<sarcasm> But no, I'm sure they had no idea. </sarcasm>

        • Re: (Score:3, Informative)

          s/joules per energy/joules per second
          • I think you meant s/joules per energy/joules

            1 Watt hr is measurement of energy (not power)
            = 1 joule/sec * 3600 sec = 3600 joules.

            Watt is a measurement of power = energy/time
      • There were outbursts here demanding Nokia recall one of their phone models after it burst into flames and hurt a young girls hand. Nokia refused and said they'd investigate instead, which caused some minor outrage about how they put income over safety.

        Then it turned out that people were buying 3rd party batteries in the models that exploded, all bought at the same place. 6 phones exploded, each with a non-Nokia battery.
    • by GMontag (42283)
      Seems something has changed in the Japanese firms since I graduated college 12 years ago, or nothing changed and we were fed a big load of crap.

      The notion that Japanese firms *never* do what you describe was drummed into our heads, Soviet propoganda style. The only firms accused of doing this were American firms, but the American firms were learning their lessons and coming around.

      Odd thing was, the business instructors and professors with a business background did quite little of this while the ones with
    • Re: (Score:2, Interesting)

      by Anonymous Coward
      at least give credit!

      "A new car built by my company leave somewhere traveling at 60 miles per hour. The rear differential locks up. The car crashes and burns with everyone trapped inside. Now, should we initiate a recall? Take the number of vehicles in the field (A) multiply it by the probable rate of failure (B) then multiply the result by the average out of court settlement (C). A times B times C equals X. If X is less than the cost of the recall, we don't do one."

      -- Tyler Durden, Fight Clu
    • by dangermouse (2242)
      The first rule of Fight Club is seriously, will you people shut the hell up about Fight Club already? Jesus, you're almost as bad as the Ben Franklin and 1984 people. You're practically Trekkies.
    • by lullabud (679893)
      My thoughts exactly.

      Narrator: A new computer built by my company leaves the factory. The the battery blows up. The computer burns up with all your data trapped inside. Now, should we initiate a recall? Take the number of batteries in the field, A, multiply by the probable rate of failure, B, multiply by the average out-of-court settlement, C. A times B times C equals X. If X is less than the cost of a recall, we don't do one.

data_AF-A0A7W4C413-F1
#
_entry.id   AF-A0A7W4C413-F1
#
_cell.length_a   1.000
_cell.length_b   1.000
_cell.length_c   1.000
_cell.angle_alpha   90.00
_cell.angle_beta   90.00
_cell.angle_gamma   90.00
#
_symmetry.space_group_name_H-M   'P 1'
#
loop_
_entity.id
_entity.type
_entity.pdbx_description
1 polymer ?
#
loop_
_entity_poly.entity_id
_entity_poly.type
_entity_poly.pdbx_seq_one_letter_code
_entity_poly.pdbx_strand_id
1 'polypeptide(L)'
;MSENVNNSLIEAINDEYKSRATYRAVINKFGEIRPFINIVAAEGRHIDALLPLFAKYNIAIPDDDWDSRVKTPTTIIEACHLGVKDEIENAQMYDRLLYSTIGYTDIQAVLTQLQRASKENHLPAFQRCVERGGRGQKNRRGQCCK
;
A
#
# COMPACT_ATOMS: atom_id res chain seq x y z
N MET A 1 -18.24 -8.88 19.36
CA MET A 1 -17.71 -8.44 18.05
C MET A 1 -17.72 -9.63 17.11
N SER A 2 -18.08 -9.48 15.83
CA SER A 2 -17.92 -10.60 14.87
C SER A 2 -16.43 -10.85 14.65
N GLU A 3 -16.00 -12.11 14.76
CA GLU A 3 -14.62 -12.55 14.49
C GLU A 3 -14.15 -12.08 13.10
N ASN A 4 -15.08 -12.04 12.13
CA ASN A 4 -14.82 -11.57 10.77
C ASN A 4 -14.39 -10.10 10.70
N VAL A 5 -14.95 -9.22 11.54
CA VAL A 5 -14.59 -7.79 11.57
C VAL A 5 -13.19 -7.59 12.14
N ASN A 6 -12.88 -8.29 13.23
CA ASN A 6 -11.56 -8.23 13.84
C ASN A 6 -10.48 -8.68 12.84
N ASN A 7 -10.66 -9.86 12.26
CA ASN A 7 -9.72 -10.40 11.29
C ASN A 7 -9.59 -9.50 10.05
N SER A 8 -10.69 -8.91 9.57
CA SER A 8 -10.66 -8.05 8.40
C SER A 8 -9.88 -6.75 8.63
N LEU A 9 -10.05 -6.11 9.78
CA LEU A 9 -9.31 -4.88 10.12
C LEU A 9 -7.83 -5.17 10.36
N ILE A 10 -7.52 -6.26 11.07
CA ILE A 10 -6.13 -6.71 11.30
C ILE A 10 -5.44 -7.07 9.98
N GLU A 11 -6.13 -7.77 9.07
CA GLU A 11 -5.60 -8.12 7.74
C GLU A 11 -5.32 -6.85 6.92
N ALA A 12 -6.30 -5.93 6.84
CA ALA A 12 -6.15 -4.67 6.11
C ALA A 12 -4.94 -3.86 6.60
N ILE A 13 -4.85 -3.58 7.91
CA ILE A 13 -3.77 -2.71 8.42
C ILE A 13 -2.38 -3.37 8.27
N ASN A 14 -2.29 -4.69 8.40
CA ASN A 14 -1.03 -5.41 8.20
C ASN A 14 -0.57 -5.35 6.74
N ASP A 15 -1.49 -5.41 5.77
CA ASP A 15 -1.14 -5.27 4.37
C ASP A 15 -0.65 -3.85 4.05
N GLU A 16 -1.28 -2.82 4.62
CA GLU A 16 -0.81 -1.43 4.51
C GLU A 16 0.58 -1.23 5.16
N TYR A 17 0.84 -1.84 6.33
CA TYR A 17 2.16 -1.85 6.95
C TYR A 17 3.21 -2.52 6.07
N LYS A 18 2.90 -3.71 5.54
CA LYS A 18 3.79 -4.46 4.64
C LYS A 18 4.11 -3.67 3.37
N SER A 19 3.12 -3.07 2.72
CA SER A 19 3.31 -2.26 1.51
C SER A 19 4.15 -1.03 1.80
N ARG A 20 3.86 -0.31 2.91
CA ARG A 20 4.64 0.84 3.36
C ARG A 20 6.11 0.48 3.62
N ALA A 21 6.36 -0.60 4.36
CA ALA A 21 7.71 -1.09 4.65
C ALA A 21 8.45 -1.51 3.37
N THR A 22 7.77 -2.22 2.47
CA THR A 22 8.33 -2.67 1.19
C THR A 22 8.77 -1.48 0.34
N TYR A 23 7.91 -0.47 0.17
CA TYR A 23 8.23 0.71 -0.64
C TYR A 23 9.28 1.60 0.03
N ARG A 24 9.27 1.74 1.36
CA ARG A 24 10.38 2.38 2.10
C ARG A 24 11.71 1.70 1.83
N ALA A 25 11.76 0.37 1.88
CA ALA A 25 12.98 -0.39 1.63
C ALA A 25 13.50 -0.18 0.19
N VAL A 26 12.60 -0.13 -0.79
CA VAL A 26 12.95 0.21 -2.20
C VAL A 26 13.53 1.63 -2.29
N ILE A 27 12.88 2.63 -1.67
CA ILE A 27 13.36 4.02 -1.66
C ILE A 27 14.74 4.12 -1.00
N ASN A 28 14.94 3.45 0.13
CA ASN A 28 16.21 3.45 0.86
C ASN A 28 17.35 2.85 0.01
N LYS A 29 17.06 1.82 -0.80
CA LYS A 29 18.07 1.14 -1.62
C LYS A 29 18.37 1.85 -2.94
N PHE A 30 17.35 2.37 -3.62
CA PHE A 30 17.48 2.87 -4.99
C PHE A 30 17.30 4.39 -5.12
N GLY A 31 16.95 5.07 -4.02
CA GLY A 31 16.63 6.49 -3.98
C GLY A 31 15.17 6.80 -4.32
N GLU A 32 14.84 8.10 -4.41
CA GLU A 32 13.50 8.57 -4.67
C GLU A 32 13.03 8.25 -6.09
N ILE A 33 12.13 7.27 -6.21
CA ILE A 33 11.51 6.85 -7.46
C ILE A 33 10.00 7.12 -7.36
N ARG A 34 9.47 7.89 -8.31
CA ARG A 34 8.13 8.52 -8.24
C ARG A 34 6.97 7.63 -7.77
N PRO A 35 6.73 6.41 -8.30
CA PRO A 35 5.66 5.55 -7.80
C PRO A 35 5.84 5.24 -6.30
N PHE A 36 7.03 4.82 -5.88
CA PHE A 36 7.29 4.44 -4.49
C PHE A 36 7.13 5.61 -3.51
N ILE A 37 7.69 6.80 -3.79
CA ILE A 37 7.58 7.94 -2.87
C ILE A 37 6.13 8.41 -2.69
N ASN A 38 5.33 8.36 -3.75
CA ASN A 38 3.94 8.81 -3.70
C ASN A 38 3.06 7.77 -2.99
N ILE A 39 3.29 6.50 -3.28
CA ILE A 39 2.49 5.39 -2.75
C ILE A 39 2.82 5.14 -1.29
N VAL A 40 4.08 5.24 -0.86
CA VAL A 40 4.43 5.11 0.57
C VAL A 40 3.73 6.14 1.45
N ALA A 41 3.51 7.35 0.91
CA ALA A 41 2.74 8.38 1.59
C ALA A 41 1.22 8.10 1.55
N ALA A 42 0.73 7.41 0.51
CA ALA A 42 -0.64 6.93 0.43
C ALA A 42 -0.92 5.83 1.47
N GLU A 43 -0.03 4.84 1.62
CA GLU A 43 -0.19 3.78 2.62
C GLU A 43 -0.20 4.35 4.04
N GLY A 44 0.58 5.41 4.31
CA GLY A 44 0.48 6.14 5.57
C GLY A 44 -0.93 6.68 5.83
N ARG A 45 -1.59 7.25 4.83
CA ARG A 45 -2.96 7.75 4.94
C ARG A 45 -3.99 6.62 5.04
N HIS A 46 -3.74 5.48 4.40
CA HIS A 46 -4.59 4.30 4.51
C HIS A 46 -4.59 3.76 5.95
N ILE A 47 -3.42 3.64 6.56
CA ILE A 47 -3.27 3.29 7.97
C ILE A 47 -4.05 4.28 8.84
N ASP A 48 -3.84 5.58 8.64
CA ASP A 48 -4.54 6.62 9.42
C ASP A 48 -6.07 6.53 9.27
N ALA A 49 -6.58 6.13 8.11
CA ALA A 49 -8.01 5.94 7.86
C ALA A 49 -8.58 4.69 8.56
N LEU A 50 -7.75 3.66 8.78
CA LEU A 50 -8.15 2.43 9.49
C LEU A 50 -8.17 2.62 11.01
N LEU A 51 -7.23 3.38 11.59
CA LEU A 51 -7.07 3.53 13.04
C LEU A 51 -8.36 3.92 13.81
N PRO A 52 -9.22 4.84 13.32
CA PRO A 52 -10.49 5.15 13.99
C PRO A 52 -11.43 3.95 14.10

Business woman on plane: Are there a lot of these kinds of accidents?
      Narrator:
  • by Anonymous Coward on Saturday August 19, 2006 @06:16AM (#15939747)


    Dell - The best Bang for your buck !!

  • Story? (Score:5, Insightful)

    by JabberWokky (19442) <slashdot.com@timewarp.org> on Saturday August 19, 2006 @06:18AM (#15939749) Homepage Journal
    Um, what exactly is the story here? They talked about and researched the issue before issuing a recall. I have a feeling that could be said about every recall... pretty much every business action that occurs. Seldom are the dart or "mouse with ink on it's feet" methods used anymore. They were alerted to the problem, got confirmation and addressed the problem.

    So what exactly is the story?

    --
    Evan

    • by Snover (469130)
      The story here is that they knew that their batteries were defective and had the potential for damage or loss of life but they didn't do anything about it when they found out.

      "A times B times C equals X. If X is less that the cost of a recall, we don't do one."
      • by blixco (28719)
        Prove it.

        They met with regards to a defect, not with regards to destruction of property.
      • Re:Story? (Score:4, Informative)

        by Minwee (522556) <dcr@neverwhen.org> on Saturday August 19, 2006 @09:15AM (#15940137) Homepage

        "The story here is that they knew that their batteries were defective"

        Define "defective".

        Never mind, I'll read the article and do it for you.

        "Discussions were about the problem of small metal particles that had contaminated Lithium-Ion battery cells manufactured by Sony, causing batteries to fail and, in some cases, overheat."

        They were aware that some batteries could fail. "Fail" and "In some cases, overheat", do not mean "OHMYGODALLTHEBATTERIESAREGOINGTOKILLPEOPLE!" It means "There is a problem with the batteries and we should look at them."

        Unless of course you think that that clearly means they were dangerous.

        "[...] the company did not recall batteries that it thought might contain the particles because it wasn't clear that they were dangerous. [...] "We didn't have confirmation of incidents [involving fires] until relatively recently.""